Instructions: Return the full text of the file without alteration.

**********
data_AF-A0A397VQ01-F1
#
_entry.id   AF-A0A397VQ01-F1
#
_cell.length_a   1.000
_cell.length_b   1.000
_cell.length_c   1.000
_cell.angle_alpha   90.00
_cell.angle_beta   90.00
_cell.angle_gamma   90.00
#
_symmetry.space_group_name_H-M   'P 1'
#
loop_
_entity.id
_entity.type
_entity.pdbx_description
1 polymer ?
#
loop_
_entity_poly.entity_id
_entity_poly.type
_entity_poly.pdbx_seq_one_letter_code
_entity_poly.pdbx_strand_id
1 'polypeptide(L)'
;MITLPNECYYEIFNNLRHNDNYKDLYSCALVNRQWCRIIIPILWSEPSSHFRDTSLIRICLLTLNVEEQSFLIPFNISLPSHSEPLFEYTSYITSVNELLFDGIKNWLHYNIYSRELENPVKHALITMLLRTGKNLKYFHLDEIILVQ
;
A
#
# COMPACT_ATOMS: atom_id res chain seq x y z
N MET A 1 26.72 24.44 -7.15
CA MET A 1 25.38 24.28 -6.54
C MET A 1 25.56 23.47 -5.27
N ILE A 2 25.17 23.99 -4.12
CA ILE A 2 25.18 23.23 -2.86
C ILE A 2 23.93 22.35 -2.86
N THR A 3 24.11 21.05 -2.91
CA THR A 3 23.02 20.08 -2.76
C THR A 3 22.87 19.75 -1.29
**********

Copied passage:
data_AF-A0A397VQ01-F1
#
_entry.id   AF-A0A397VQ01-F1
#
_cell.length_a   1.000
_cell.length_b   1.000
_cell.length_c   1.000
_cell.angle_alpha   90.00
_cell.angle_beta   90.00
_cell.angle_gamma   90.00
#
_symmetry.space_group_name_H-M   'P 1'
#
loop_
_entity.id
_entity.type
_entity.pdbx_description
1 polymer ?
#
loop_
_entity_poly.entity_id
_entity_poly.type
_entity_poly.pdbx_seq_one_letter_code
_entity_poly.pdbx_strand_id
1 'polypeptide(L)'
;MITLPNECYYEIFNNLRHNDNYKDLYSCALVNRQWCRIIIPILWSEPSSHFRDTSLIRICLLTLNVEEQSFLIPFNISLPSHSEPLFEYTSYITSVNELLFDGIKNWLHYNIYSRELENPVKHALITMLLRTGKNLKYFHLDEIILVQ
;
A
#
# COMPACT_ATOMS: atom_id res chain seq x y z
N MET A 1 26.72 24.44 -7.15
CA MET A 1 25.38 24.28 -6.54
C MET A 1 25.56 23.47 -5.27
N ILE A 2 25.17 23.99 -4.12
CA ILE A 2 25.18 23.23 -2.86
C ILE A 2 23.93 22.35 -2.86
N THR A 3 24.11 21.05 -2.91
CA THR A 3 23.02 20.08 -2.76
C THR A 3 22.87 19.75 -1.29